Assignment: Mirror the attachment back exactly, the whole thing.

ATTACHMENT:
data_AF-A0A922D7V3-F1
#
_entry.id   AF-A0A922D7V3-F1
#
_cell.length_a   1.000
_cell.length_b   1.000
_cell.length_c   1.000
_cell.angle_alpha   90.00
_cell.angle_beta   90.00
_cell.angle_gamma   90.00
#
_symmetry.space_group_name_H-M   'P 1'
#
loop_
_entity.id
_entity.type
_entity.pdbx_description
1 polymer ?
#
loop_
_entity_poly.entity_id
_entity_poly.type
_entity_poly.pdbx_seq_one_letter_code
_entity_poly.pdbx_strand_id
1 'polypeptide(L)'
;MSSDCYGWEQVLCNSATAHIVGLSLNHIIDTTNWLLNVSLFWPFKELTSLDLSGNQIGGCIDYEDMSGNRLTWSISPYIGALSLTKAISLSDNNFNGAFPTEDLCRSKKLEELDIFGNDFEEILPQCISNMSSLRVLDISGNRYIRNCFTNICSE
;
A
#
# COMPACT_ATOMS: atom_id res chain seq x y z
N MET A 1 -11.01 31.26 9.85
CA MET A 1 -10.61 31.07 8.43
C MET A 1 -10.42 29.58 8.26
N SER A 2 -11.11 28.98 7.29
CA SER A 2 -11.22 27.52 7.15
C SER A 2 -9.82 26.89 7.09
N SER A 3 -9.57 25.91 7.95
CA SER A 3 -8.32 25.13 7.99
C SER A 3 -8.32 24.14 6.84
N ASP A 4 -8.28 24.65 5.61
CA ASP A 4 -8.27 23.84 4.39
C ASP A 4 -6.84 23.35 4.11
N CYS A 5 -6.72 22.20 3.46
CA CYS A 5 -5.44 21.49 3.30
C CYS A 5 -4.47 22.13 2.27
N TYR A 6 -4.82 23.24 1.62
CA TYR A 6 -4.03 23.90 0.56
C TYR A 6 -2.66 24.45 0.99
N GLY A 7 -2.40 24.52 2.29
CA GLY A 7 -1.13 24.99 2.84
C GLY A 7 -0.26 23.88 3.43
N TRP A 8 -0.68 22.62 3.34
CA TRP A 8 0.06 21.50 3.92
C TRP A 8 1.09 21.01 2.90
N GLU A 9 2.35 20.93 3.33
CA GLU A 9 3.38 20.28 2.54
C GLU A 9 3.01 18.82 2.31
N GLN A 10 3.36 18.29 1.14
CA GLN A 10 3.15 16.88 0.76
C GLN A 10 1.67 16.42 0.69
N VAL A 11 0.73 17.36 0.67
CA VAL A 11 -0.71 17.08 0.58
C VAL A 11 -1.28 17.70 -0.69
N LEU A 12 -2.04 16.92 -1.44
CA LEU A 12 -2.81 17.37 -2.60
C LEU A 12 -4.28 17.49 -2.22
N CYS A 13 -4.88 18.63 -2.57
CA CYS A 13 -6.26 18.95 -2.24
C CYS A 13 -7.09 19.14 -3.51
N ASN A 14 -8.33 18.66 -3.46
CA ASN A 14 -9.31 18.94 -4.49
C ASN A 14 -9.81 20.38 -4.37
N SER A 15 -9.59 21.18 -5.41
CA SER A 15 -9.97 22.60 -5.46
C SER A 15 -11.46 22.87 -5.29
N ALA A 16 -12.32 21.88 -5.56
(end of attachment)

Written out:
data_AF-A0A922D7V3-F1
#
_entry.id   AF-A0A922D7V3-F1
#
_cell.length_a   1.000
_cell.length_b   1.000
_cell.length_c   1.000
_cell.angle_alpha   90.00
_cell.angle_beta   90.00
_cell.angle_gamma   90.00
#
_symmetry.space_group_name_H-M   'P 1'
#
loop_
_entity.id
_entity.type
_entity.pdbx_description
1 polymer ?
#
loop_
_entity_poly.entity_id
_entity_poly.type
_entity_poly.pdbx_seq_one_letter_code
_entity_poly.pdbx_strand_id
1 'polypeptide(L)'
;MSSDCYGWEQVLCNSATAHIVGLSLNHIIDTTNWLLNVSLFWPFKELTSLDLSGNQIGGCIDYEDMSGNRLTWSISPYIGALSLTKAISLSDNNFNGAFPTEDLCRSKKLEELDIFGNDFEEILPQCISNMSSLRVLDISGNRYIRNCFTNICSE
;
A
#
# COMPACT_ATOMS: atom_id res chain seq x y z
N MET A 1 -11.01 31.26 9.85
CA MET A 1 -10.61 31.07 8.43
C MET A 1 -10.42 29.58 8.26
N SER A 2 -11.11 28.98 7.29
CA SER A 2 -11.22 27.52 7.15
C SER A 2 -9.82 26.89 7.09
N SER A 3 -9.57 25.91 7.95
CA SER A 3 -8.32 25.13 7.99
C SER A 3 -8.32 24.14 6.84
N ASP A 4 -8.28 24.65 5.61
CA ASP A 4 -8.27 23.84 4.39
C ASP A 4 -6.84 23.35 4.11
N CYS A 5 -6.72 22.20 3.46
CA CYS A 5 -5.44 21.49 3.30
C CYS A 5 -4.47 22.13 2.27
N TYR A 6 -4.82 23.24 1.62
CA TYR A 6 -4.03 23.90 0.56
C TYR A 6 -2.66 24.45 0.99
N GLY A 7 -2.40 24.52 2.29
CA GLY A 7 -1.13 24.99 2.84
C GLY A 7 -0.26 23.88 3.43
N TRP A 8 -0.68 22.62 3.34
CA TRP A 8 0.06 21.50 3.92
C TRP A 8 1.09 21.01 2.90
N GLU A 9 2.35 20.93 3.33
CA GLU A 9 3.38 20.28 2.54
C GLU A 9 3.01 18.82 2.31
N GLN A 10 3.36 18.29 1.14
CA GLN A 10 3.15 16.88 0.76
C GLN A 10 1.67 16.42 0.69
N VAL A 11 0.73 17.36 0.67
CA VAL A 11 -0.71 17.08 0.58
C VAL A 11 -1.28 17.70 -0.69
N LEU A 12 -2.04 16.92 -1.44
CA LEU A 12 -2.81 17.37 -2.60
C LEU A 12 -4.28 17.49 -2.22
N CYS A 13 -4.88 18.63 -2.57
CA CYS A 13 -6.26 18.95 -2.24
C CYS A 13 -7.09 19.14 -3.51
N ASN A 14 -8.33 18.66 -3.46
CA ASN A 14 -9.31 18.94 -4.49
C ASN A 14 -9.81 20.38 -4.37
N SER A 15 -9.59 21.18 -5.41
CA SER A 15 -9.97 22.60 -5.46
C SER A 15 -11.46 22.87 -5.29
N ALA A 16 -12.32 21.88 -5.56